IAAZ Statement On: Mining in the Lower Zambezi National Park
Impact Assessment Association of Zambia (IAAZ) was formed in 2004 with the main objective of providing a forum for advancing innovation and communication of best environmental practices in all forms of environmental and social impact assessments, and advocates for its expanded use for the betterment of society and the environment. IAAZ is an affiliate of the International Association for Impact Assessment IAIA, whose vision is “A just and sustainable world for people and the environment”.
IAAZ has been following with keen interest the proposed development of a copper mine in the Lower Zambezi National Park, and the ensuing public discussion and debate.
The Lower Zambezi National Park (“the Park”) was established in 1983. The Park covers an area of 4,092 Km2 along the north-western bank of the Zambezi River The Park falls entirely within Lusaka Province. According to the International Union for Conservation of Nature (IUCN) classification, the Park falls under category II classification of protected areas. The Park is an ecologically sensitive area and a habitat to several endangered fauna and flora species and offers a continuous ecosystem with Mana Pools National Park in the neighbouring country of Zimbabwe across the Zambezi River.
IAAZ is alive to the fact that development and environmental protection [conservation] are two sides of the same coin. As such, we advocate for sustainable development with emphasis on conservation of natural and ecological habitats.
The proposed development of a mine in the Lower Zambezi National Park requires to be given due consideration and undertaken with a lot of care. We are aware of mining within proximity of protected areas in other jurisdictions. The closest case to us is the Palabora Copper mine bordering the Kruger National Park in South Africa.
Whilst environment and development are two sides of the same coin and can co-exist within a framework that provides for sustainability, IAAZ has concerns with the prospects of developing a mine in an ecologically sensitive area such as the Lower Zambezi National Park. These concerns arise from a number of factors that can be summarised mainly into two:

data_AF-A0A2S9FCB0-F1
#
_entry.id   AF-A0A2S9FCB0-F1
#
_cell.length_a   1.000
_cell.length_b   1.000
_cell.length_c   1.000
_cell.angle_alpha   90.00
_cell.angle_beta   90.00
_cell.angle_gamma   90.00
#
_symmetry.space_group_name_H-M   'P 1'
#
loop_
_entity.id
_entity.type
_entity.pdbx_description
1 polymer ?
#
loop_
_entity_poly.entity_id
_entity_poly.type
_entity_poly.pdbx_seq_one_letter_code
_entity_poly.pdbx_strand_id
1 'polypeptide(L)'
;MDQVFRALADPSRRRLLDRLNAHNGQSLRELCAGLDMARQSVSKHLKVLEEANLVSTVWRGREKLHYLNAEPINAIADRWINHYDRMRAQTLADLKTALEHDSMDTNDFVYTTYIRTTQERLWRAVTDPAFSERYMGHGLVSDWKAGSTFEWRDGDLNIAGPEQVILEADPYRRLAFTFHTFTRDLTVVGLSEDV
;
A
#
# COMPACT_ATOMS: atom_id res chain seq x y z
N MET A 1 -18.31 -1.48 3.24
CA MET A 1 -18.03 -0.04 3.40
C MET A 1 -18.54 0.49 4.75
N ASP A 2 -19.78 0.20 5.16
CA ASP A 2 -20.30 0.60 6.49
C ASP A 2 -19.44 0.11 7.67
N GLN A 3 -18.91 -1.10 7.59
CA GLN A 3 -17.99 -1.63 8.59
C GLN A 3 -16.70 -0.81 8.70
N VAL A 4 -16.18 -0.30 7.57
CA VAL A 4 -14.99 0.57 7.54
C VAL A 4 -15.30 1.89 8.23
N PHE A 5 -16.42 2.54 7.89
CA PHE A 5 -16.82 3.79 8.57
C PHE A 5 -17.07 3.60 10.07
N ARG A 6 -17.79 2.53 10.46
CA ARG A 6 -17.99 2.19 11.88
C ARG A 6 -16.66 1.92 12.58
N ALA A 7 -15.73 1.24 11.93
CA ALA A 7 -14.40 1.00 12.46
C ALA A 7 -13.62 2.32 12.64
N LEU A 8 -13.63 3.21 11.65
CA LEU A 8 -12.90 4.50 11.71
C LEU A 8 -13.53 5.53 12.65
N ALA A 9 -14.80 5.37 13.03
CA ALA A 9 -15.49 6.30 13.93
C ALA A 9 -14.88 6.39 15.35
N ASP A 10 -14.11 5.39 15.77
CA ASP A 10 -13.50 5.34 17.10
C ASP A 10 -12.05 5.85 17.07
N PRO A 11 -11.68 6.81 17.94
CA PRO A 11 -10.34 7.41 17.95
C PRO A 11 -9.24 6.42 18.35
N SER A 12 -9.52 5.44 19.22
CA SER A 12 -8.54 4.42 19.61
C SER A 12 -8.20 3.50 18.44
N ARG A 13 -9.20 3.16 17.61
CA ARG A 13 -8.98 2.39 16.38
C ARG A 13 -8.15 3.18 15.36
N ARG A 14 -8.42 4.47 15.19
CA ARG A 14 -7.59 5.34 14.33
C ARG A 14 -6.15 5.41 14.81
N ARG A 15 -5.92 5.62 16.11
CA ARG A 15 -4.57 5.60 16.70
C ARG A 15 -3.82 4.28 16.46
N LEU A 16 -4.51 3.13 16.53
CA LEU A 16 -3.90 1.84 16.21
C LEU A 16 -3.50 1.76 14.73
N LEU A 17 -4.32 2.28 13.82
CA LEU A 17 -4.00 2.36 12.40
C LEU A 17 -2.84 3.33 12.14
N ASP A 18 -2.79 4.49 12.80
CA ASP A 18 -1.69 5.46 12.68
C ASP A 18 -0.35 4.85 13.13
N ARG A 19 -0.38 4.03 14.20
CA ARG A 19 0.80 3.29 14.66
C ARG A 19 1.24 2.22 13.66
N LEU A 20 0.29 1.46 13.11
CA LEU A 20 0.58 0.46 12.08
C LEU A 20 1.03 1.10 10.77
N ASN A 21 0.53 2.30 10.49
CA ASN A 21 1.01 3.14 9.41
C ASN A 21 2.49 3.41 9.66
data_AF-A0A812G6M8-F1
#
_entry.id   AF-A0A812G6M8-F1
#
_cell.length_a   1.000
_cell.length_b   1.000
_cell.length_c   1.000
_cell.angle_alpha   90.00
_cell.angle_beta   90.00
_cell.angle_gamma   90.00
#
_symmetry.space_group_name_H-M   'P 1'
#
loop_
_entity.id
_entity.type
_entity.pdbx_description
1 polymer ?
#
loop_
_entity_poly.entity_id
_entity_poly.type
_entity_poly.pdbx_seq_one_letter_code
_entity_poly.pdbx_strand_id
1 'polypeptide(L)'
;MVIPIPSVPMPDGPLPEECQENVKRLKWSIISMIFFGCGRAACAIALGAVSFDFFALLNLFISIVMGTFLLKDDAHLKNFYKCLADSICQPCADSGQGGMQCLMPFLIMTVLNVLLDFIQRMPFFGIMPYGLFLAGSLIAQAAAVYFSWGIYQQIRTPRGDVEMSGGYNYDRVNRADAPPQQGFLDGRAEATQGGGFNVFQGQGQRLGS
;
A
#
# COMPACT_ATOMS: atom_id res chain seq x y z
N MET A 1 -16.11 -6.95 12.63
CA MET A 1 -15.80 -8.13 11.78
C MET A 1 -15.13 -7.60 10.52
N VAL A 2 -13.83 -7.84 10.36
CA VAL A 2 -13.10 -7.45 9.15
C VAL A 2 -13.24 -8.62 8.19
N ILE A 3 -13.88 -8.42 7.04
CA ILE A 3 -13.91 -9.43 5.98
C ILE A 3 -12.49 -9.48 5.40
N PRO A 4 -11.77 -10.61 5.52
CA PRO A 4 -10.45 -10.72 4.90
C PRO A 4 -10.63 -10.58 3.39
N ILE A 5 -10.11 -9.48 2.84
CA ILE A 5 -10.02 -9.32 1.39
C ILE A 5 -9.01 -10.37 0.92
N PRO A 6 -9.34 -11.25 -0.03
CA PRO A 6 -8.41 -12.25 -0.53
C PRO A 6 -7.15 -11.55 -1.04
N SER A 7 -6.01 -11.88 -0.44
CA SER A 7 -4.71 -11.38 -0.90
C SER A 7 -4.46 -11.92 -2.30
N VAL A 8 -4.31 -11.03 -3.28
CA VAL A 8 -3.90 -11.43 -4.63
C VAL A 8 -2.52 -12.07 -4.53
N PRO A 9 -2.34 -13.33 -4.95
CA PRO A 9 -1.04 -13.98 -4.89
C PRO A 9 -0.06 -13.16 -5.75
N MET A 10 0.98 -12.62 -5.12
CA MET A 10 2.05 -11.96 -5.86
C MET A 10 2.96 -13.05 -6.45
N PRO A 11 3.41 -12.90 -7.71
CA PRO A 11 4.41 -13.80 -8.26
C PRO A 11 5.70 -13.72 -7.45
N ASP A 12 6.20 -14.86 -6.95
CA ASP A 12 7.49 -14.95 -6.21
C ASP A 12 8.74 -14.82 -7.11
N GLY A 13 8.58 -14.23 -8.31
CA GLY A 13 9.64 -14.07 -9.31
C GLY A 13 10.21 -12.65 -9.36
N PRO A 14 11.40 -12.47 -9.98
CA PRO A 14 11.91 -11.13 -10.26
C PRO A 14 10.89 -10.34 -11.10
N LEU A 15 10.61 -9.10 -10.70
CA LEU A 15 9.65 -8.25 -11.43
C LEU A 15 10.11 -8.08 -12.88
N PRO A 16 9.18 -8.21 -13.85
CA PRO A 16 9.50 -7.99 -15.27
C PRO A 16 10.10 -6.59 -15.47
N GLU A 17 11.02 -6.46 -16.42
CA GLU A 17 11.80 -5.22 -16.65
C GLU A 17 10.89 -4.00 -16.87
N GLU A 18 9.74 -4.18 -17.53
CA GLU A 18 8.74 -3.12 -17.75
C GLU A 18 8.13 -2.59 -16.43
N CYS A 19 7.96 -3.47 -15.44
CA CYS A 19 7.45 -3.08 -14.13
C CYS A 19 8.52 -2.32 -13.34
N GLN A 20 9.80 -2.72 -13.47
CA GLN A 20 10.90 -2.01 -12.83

1 The completeness, adequacy, and practicality of the mitigation measures that the developer proposed in their Environmental and Social Impact Assessment studies. We note the absence of detailed specialist studies in the EIA report. If the mine is to go ahead, we wish to advise that there is need for detailed specialist studies particularly on, wildlife ecology, biodiversity and waste management.
2 Lapses in the implementation of environmental commitments by large mining conglomerates that has resulted in pollution of rivers and the environment. The location of the mine within the park introduces this risk which in this case can result in serious ecological damage. This is even more critical with the proximity of the Mana Pools National Park ecological system, which is equally an area of natural significance.
It is our view that while development of a mine in the Lower Zambezi National Park is feasible, stringent mitigation measures followed by strict monitoring have to be put in place before embarking on any such activities.
More importantly, buy-in and involvement of the community and the general public in the whole process is cardinal. The local community including community resource Boards in Lower Zambezi is key to any consultation process as the communities are the immediate parties affected by activities that are not well mitigated. In many cases, members of the communities have indigenous knowledge that would help with the design and development process, with respect to their cultural needs and expectations. Community participation is an important driver of sustainability. Additionally, the general public, are the other key stakeholder in this process – this includes both local and international stakeholders in view of the project being in close proximity to the Mana Pools National Park in Zimbabwe. Thorough public consultation is a requirement under the Environmental Impact Assessment (EIA) Regulations, 1997 of the Laws of Zambia, and in essence should be completed effectively before any decision is made.
The hope of IAAZ in all developmental projects, the proposed mining in the Lower Zambezi National Park inclusive, is that they are done in line with Sustainable Development Goal No. 15 – Protect, restore, and promote sustainable use of terrestrial ecosystems, sustainably manage forests, combat desertification, and halt and reverse land degradation and halt biodiversity loss as well as the other SDGs of relevance to the implementation of the project.
As defined in the Brundtland Report (“our Common Future”), Sustainable Development is development that meets the needs of the present without compromising the ability of future generations to meet their own needs. This definition provides for both inter-generational equity (the future generations must benefit from the exploitation the environment and natural resources) and intra-generational equity (the present generation must equitably benefit from the exploitation of the environment and natural resources). This, we submit should, form the basis of any decision made on the development of a mine in the Lower Zambezi National Park.
For Impact Assessment Association of Zambia
Jack Buchi Munthali (Mr.)